Author Archives: timbartik

About timbartik

Tim Bartik is a senior economist at the Upjohn Institute for Employment Research, a non-profit and non-partisan research organization in Kalamazoo, Michigan. His research specializes in state and local economic development policies and local labor markets.

More on the finding that college pays off less if you grew up poor

My colleague Brad Hershbein and I have a new blog post at the Upjohn Institute website on our recent surprising discovery: the percentage return to getting a college degree, in terms of higher earnings, versus getting only a high school … Continue reading

Posted in Educational returns, Timing of benefits

We have enough evidence to expand quality pre-K

Professor Dale Farran of Vanderbilt University has a new policy brief at the Brookings Institution website, entitled “We need more evidence in order to create effective pre-K programs”. This policy brief makes the skeptical researchers’ case for collecting more research … Continue reading

Posted in Early childhood program design issues, Early childhood programs, Uncategorized

Reflections coming out of the recent AEI forum debating pre-K

On Wednesday, February 17, I participated in a forum at the American Enterprise Institute. The forum, organized by AEI Research Fellow Katharine Stevens, was entitled “Does pre-K work? A look at the research.” Forum participants, in addition to me, were … Continue reading

Posted in Early childhood program design issues, Early childhood programs, National vs. state vs. local, Uncategorized

What do we know about right-to-work laws and state prosperity? Not much, because of limited variation over time in which states are RTW states

Vigorous debate continues over the issue of “right-to-work” (RTW) laws, and how they affect a state’s economic growth and wage rates. Right-to-work laws make it illegal to require workers in unionized workplaces to pay dues to the unions that represent … Continue reading

Posted in Economic development, Uncategorized | 1 Comment

Human Capital Programs Can Promote Local Economic Development; As Illustration, Consider “Promise-style” Place-Based College Scholarship Programs

A recent paper by me and a research analyst at the Upjohn Institute, Nathan Sotherland, analyzes the effects of “place-based” college scholarship programs on local economic development. Over 50 of these programs have been created since the 2005 creation of … Continue reading

Posted in Business incentives, Early childhood programs, Economic development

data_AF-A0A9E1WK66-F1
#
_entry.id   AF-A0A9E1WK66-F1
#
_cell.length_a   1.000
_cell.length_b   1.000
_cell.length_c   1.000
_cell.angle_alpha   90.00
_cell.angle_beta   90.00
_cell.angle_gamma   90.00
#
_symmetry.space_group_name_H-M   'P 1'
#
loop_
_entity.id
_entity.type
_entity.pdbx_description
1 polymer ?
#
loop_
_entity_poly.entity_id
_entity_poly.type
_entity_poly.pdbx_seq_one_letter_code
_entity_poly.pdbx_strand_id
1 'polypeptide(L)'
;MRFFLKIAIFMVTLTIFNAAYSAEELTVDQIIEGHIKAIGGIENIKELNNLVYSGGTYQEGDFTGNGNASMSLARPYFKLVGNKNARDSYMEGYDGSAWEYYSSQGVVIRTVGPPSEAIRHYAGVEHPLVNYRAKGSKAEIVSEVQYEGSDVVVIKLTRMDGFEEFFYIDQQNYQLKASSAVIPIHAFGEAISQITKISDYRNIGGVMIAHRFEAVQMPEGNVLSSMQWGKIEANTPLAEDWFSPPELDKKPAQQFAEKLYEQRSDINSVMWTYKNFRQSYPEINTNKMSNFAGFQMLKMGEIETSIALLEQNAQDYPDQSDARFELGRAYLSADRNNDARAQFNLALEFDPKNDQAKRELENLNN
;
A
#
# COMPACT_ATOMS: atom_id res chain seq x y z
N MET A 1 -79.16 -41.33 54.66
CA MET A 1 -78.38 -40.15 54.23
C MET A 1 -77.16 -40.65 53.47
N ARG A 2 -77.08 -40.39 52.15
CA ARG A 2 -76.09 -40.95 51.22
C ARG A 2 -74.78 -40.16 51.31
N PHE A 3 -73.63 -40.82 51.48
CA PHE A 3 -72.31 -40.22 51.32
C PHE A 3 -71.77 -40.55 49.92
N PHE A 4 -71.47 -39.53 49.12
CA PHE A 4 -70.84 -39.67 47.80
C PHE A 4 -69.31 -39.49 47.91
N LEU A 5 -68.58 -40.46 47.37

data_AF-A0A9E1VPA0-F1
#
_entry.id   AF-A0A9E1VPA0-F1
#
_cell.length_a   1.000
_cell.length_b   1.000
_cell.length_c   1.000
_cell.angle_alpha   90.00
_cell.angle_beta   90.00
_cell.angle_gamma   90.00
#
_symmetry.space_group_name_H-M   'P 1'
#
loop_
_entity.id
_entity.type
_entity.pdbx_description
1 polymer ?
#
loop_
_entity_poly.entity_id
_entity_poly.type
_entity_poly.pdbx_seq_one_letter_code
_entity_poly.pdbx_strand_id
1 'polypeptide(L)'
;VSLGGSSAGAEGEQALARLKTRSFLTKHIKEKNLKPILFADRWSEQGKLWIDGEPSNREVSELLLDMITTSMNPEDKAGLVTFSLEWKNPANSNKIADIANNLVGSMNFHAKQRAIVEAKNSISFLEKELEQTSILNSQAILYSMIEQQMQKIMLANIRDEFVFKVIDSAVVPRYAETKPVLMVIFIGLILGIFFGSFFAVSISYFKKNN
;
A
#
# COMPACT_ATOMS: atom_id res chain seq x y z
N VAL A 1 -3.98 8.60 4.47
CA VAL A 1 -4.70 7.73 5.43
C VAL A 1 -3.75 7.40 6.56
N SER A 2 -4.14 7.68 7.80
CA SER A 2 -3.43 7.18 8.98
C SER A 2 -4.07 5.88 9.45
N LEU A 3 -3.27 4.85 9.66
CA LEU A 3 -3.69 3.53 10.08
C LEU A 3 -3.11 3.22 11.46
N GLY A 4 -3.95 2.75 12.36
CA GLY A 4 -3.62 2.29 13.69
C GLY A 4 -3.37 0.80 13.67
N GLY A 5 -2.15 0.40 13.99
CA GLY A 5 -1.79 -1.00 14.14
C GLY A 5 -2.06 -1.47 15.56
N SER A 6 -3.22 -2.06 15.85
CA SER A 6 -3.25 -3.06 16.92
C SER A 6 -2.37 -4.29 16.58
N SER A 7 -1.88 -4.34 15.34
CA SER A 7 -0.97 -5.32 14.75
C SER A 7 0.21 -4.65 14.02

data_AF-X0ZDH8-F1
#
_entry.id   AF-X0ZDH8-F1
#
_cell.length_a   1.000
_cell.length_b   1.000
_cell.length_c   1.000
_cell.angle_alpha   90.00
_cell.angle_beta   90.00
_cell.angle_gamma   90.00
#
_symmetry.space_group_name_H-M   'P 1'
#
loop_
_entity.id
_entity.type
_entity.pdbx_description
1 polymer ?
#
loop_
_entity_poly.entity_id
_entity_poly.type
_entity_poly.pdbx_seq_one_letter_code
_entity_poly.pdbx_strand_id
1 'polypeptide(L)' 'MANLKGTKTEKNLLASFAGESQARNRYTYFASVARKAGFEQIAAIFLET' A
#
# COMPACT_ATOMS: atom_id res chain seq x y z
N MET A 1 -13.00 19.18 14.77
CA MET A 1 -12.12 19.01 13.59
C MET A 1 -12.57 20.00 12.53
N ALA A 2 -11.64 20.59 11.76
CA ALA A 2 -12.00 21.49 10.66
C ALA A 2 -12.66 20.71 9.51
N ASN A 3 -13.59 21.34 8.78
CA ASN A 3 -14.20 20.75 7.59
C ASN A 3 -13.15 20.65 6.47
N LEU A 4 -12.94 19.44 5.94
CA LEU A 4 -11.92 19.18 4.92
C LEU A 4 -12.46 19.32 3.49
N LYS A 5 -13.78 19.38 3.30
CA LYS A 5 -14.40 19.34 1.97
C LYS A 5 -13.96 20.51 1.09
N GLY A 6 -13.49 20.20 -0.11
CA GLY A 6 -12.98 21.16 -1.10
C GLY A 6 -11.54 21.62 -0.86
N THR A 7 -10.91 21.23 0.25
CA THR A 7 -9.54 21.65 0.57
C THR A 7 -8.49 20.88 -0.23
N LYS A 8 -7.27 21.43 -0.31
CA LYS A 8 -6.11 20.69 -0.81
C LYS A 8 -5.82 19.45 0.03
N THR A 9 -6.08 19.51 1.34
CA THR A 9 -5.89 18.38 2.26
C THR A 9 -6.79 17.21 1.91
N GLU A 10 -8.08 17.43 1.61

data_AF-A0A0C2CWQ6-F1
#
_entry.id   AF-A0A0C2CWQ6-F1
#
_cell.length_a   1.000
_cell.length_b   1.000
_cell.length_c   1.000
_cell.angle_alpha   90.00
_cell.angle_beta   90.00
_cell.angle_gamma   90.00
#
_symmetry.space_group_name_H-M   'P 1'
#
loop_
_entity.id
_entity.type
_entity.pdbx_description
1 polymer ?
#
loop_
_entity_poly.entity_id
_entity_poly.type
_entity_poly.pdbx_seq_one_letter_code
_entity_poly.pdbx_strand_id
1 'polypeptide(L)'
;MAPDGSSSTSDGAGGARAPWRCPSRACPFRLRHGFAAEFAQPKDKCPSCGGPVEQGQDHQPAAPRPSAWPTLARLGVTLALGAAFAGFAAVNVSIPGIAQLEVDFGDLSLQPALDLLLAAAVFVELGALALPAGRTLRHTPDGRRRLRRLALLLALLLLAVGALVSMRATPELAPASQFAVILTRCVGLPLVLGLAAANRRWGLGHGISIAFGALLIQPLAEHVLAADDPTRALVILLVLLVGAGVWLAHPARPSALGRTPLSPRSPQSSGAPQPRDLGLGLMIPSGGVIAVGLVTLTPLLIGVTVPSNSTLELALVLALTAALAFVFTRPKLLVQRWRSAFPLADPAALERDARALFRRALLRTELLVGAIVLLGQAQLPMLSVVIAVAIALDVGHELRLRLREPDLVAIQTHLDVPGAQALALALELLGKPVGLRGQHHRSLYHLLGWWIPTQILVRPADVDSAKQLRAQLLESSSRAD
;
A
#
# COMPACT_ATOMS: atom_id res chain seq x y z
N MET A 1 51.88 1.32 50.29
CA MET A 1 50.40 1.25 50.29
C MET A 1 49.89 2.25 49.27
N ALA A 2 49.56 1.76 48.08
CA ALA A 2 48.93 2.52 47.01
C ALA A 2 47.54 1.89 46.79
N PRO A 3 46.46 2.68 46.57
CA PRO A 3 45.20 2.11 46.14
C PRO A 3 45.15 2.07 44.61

Social benefits from job creation much higher in high-unemployment local economies

A paper of mine was just published in the Review of Environmental Economics and Policy. The paper is entitled “The Social Value of Job Loss and Its Effect on the Costs of U.S. Environmental Regulations”. The paper deals with a … Continue reading

Posted in Uncategorized

Good policies will usually not “fix everything”

One surprising reaction to the Kalamazoo Promise has been to try to downplay the Promise’s success by emphasizing that many problems remain in Kalamazoo despite the Promise. While this is true, it is irrelevant to whether the Kalamazoo Promise is … Continue reading

Posted in Distribution of benefits | 2 Comments

Thinking again about earlier-age versus later-age interventions in skills development

The recent paper on the Kalamazoo Promise, by me and my colleagues Brad Hershbein and Marta Lachowska, found that this program, which provides up to 100% free college tuition for graduates of Kalamazoo Public Schools, increases college completion sufficiently to … Continue reading

Posted in Distribution of benefits, Early childhood program design issues

Kalamazoo Promise boosts college completion by one-third

In a paper released on June 25, 2015, the Kalamazoo Promise college scholarship program is estimated to increase college completion by one-third.  The college completion effects of the Promise would be expected to significantly increase future earnings. Based on predicted … Continue reading

Posted in Distribution of benefits, Economic development | 1 Comment

Increasing educational performance and reducing educational disparities is more feasible if pursued through high-productivity interventions, including but not limited to early childhood education

On May 27, 2015, the Upjohn Institute released a report on Michigan’s school finance system and how to reform it to improve student performance in Michigan, and lessen disparities among children in various income groups.  The lead author of the … Continue reading

Posted in Distribution of benefits, Early childhood program design issues, Economic development